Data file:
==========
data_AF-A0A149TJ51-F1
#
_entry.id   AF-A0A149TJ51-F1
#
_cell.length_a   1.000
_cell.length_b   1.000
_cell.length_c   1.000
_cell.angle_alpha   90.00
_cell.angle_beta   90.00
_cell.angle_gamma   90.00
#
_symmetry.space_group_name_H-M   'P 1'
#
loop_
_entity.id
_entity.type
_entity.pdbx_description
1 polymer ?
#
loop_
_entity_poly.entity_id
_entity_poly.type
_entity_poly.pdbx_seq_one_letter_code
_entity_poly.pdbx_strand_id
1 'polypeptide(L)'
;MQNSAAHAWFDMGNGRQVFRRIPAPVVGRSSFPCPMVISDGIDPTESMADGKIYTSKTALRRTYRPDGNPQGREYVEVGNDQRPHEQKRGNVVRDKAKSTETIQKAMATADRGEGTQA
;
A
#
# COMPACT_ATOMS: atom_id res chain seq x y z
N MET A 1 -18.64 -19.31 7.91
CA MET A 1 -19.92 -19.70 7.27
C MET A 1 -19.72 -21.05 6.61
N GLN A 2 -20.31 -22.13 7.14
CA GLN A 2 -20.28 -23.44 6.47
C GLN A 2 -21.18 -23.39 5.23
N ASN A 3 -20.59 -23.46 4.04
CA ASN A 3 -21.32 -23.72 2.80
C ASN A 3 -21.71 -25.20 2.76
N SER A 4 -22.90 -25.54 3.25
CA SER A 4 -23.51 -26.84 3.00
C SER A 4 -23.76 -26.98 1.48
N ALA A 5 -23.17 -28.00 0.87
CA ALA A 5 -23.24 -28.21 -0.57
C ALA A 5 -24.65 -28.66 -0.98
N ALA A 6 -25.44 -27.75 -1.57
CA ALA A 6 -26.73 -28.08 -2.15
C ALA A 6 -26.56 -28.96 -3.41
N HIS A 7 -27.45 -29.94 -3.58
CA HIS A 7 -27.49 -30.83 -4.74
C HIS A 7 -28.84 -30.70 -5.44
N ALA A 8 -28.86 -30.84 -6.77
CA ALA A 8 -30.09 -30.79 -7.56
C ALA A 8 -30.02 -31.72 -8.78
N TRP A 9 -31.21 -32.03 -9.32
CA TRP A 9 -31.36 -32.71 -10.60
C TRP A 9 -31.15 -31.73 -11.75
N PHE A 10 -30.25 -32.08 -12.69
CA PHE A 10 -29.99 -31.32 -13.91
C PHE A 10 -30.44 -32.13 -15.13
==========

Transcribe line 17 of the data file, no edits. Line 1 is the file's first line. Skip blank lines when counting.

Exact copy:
_entity.pdbx_description